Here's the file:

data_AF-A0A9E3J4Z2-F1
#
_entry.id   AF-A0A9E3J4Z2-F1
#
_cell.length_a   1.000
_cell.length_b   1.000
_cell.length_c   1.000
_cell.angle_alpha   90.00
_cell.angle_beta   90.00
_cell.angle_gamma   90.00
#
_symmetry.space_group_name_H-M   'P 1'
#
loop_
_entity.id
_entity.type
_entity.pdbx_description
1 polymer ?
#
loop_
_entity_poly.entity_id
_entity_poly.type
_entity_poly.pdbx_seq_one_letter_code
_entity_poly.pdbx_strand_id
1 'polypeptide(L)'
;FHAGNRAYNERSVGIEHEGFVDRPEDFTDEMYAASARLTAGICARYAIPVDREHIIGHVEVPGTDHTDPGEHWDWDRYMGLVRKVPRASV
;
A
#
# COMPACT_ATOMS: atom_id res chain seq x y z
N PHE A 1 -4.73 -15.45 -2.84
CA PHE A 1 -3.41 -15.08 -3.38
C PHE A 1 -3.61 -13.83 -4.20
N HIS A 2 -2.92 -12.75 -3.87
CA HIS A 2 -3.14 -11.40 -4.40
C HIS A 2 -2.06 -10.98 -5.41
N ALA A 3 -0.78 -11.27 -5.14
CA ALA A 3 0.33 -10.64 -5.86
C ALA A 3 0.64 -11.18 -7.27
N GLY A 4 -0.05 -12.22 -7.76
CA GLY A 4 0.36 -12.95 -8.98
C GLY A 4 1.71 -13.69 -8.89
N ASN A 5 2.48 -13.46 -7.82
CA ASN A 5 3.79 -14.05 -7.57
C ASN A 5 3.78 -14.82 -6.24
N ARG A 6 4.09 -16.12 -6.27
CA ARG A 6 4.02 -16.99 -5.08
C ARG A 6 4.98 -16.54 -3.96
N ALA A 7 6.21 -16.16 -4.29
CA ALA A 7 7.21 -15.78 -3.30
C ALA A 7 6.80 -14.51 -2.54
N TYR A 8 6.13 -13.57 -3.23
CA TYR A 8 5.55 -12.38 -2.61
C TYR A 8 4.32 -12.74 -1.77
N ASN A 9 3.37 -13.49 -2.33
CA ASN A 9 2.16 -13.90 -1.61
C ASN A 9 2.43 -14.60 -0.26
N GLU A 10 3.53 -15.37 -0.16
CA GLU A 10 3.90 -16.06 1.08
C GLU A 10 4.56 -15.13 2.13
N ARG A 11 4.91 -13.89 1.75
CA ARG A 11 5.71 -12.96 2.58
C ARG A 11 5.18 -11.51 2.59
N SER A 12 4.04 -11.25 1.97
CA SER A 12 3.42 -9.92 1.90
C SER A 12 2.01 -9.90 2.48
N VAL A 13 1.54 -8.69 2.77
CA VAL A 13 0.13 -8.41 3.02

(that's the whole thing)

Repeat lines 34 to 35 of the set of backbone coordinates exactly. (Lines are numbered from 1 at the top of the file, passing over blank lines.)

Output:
N HIS A 2 -2.92 -12.75 -3.87
CA HIS A 2 -3.14 -11.40 -4.40